Also known as: Smart Alec (working title), Trouble Border (Japan – English title)
Release Date: August 22nd, 1997
Directed by: Roger Christian
Written by: Floyd Byars, Alex Siskin, Chris Black
Music by: Anthony Marinelli
Cast: Patrick Stewart, Vincent Kartheiser, Brenda Fricker, Brad Whitford, Matt Craven, Annabelle Gurwitch
Pacific Motion Pictures, Dunlevy Pictures, Columbia Pictures, 106 Minutes
“Enjoy the show, Maloney.” – Ozzie
Man, oh, man… this movie started out really bad. However, I was really enjoying it by the third act and as goofy and stupid as it was, some of the performances were entertaining as hell, even if they were extremely over the top.
You really have to suspend disbelief with this movie, as thinking too hardly about plot details makes the whole thing fall apart.
Granted, it’s hard to dismiss some of the stuff that’s so blatantly stupid like a private school getting a multi-million dollar, high tech security package just to stop one troublemaking, prankster, hacker teen.
And don’t get me started on the actual hacking in the movie because like Hackers and Weird Science, the filmmakers, here, think that online security resembles some sort of adventure video game. But hey, I get it, we need exciting visuals and real hacking isn’t exciting to look at for the regular Joe.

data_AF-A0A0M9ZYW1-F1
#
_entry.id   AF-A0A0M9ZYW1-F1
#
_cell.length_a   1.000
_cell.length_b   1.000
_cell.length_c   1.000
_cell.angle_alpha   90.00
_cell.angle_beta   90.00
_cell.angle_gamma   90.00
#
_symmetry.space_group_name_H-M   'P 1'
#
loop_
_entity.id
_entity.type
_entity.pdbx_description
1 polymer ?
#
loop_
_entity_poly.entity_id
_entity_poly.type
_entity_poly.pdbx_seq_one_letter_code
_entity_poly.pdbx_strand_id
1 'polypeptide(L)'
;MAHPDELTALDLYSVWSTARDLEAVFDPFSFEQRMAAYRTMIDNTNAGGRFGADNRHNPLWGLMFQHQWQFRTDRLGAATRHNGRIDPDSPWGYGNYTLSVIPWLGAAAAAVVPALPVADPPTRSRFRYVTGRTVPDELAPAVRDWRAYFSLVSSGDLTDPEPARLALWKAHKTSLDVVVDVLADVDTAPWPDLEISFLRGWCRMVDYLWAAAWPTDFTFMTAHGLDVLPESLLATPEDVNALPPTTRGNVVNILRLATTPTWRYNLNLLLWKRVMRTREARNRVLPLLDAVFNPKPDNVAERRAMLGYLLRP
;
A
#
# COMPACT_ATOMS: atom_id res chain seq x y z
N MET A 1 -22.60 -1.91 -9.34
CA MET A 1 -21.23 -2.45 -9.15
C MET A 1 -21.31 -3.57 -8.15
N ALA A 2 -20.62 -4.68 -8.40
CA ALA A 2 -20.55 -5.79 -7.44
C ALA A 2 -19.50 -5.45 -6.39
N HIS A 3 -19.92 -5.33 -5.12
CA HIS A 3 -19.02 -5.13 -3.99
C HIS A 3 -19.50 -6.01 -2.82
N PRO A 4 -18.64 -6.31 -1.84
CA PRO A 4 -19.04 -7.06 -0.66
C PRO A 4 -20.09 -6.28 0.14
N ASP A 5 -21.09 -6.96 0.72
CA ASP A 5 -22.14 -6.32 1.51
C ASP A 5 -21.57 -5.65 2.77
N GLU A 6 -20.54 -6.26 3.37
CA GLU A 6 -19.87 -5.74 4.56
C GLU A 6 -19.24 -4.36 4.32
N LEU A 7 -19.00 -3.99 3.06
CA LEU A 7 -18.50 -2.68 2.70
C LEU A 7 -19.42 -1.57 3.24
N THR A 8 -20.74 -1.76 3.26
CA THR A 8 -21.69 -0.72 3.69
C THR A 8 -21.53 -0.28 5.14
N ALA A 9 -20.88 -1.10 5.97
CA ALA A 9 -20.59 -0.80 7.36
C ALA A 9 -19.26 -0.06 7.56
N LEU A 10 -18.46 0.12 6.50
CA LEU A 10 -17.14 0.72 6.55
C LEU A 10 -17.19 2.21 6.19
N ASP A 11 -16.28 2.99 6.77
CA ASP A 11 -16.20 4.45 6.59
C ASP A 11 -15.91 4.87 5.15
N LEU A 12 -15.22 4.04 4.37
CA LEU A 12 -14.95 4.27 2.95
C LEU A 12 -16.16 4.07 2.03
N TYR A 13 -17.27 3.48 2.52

The plot is basically “Die Hard in a private school” or more correctly, a ripoff of 1991’s Toy Soldiers but with only one teenage hero fighting terrorists. And I guess they’re not terrorists, as much as they are just Patrick Stewart and a gang of militarized thugs trying to extort the school’s president for money by holding the kids hostage.
As the plot rolls on, the kid fights back, using secret passageways and tricks to outwit the dimwitted militarized force. Eventually, he has his showdown with Patrick Stewart and we’re treated to an armored golf cart race through the catacombs under the school and nearby city.
Overall, the finale was pretty decent, even if the golf carts moved too slowly and the whole thing dragged on for too long.
Masterminds is a forgettable film, mainly because it recycled a formula that people had seen a few dozen times before it came out. But Stewart is enjoyable, as always, and it was weird seeing Pete Campbell from Mad Men play a skateboarding, douchey, hacker teen from the edgy boi ’90s.
Pairs well with: Toy Soldiers and other Die Hard clones.
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